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Scheduled Parenting


Namrataa is a certified Life Coach and Founder of Life Beyond Motherhood. She specialises in coaching mothers on finding their life balance. She can be reached at namrataa@lifebeyondmotherhood.com . She also blogs at http://worldofmoms.wordpress.com.

Source: Google Images

Source: Google Images

For a parent (read: an adult who spends time executing parental duties), life is a mad rush. Wake up. Rush the child. Rush yourself. Most of us might be able to relate to this and the fact that along with rushing, comes a fair bit of being temperamental. What is the result of such crazy schedules? A parent who feels guilty about not executing expected duties on time and a confused child, left with a question mark about his / her capabilities. Nothing great, for sure.

How does one address this? How do you create more time than that you have available in a day? Nothing is easy. Certainly not parenting. The good news, however, is, that most things can be resolved. Treat this like a typical time management issue. Yes, I would argue that time management is the largest issue plaguing today’s parent. We all have needs and desires and keep juggling with the variable of time available at hand only to find that we are dropping more balls than we are able to keep up. The solution? A schedule. Sounds simplistic. Well, maybe it is. At least some bit of it.

It is surprising how many working parents live by the hour at work and at home, and miss commitment after commitment. Some of us don’t and that’s great. But we can do better. Want to spend more ‘quality time’ with your child? Add it on your calendar –  ‘Take Khushi swimming’. Keep the appointment and work around your ‘work’ to make things happen. They will.

I know there are some of us who couldn’t be caught dead with a schedule. For such people, think about it this way. Your child needs you to have a schedule. Children respond well to a schedule. That does not mean you become a micro-manager and say things like ‘It’s 2:30 pm, stop having food and go and do homework’. Instead, be as flexible as the child might need you to be but do start with a schedule and make the child aware that there is a schedule and he / she is expected to adhere to it.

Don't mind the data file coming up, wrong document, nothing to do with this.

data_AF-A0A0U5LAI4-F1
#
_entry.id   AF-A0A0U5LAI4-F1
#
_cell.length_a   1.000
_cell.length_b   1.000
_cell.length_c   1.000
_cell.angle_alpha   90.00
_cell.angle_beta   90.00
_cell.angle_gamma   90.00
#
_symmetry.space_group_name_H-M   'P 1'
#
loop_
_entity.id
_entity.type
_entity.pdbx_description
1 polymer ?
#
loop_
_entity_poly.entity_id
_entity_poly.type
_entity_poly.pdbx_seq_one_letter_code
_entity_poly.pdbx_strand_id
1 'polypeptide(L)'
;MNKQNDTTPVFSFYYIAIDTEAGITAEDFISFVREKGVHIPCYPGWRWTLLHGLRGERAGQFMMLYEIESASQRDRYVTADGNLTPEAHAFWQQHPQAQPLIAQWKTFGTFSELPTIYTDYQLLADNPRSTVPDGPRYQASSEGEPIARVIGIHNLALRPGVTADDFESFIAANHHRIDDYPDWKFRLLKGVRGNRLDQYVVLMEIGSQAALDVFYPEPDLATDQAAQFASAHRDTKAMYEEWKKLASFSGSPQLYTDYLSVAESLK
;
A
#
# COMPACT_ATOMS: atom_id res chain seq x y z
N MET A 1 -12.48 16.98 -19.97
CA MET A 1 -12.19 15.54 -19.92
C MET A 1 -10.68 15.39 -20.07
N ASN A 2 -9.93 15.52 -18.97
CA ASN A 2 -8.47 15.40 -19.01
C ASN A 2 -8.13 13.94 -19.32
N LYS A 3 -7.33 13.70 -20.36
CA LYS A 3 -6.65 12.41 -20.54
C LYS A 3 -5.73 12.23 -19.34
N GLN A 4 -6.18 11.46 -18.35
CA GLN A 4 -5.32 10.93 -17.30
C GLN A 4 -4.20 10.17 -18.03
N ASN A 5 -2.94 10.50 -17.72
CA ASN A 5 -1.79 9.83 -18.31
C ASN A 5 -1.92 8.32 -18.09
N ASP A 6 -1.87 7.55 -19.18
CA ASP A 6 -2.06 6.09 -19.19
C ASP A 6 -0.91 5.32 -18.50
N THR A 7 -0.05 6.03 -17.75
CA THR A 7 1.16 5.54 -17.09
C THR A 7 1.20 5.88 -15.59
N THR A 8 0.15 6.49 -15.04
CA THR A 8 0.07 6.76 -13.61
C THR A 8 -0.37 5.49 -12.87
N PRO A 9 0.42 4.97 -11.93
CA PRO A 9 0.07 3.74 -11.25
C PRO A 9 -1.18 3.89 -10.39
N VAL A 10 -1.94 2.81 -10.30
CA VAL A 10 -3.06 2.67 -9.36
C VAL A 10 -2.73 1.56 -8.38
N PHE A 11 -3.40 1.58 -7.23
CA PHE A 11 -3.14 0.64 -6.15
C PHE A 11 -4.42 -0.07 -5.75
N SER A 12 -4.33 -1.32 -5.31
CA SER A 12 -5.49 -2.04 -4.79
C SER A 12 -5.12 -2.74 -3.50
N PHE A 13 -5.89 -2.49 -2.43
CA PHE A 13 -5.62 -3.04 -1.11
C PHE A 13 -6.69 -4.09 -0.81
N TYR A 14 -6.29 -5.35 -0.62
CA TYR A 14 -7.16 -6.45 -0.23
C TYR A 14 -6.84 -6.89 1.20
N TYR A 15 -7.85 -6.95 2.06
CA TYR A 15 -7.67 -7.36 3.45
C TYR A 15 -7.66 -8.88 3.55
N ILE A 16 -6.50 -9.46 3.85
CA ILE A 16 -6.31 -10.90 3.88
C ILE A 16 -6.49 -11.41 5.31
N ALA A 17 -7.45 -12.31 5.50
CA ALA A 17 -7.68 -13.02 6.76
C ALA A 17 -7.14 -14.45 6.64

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After 14 years of working as a Talent Development expert in the Corporate world, Namrataa Arora Singh decided to re-invent her career. A Certified Professional Coach (CPC) from the International Coach Academy (Australia), Namrataa has been coaching women across the globe for the last 6 years. Namrataa specializes in working with mompreneurs, single moms and working moms juggling a full time career with other responsibilities. You can read more of her blogs on http://worldofmoms.wordpress.com.


3 thoughts on “Scheduled Parenting

  1. Kritika Srinivasan

    Interesting post Namrataa. But sometimes I can’t help feeling that much of my parental stress arises froim the fact that I schedule my day so much! While every parent knows that it is healthy to schedule and stick to mealtimes and sleeping routines, etc. I must say that moms who don’t seem to stress too much about schedules seem to be more relaxed. Which makes me wonder if I’m doing something wrong by insisting on routine, boundaries and rules. I know that when scheduling your life you also need to allow for flexibility, and I still wouldn’t change the way I operate, but this was just an observation – that people who don’t operate on schedules may be less efficient, but they definitely seem to be less stressed – more bindaas – than people who do! Because finally, these parents don’t rush their kids or themselves for anything – they just go with the flow and seem satisfied with any and all outcomes!

    Reply
  2. Namrataa Arora Singh

    Thanks, Raina!

    Kritika,
    You make a relevant point, which I am sure many parents can relate to. One does have to remember that ultimately, it is important for the child to be raised in a happy environment, for which parents need to be happy. If following a schedule gives people stress, in all likelihood, they avoid following it. Nothing is wrong with that. The only thing that parents in this case need to acknowledge that their children might be able to accomplish far less than many other kids and also grow up to be unstructured and not valuing schedules themselves. Many parents might be ok with that so it works for them. To each, their own :)

    Reply

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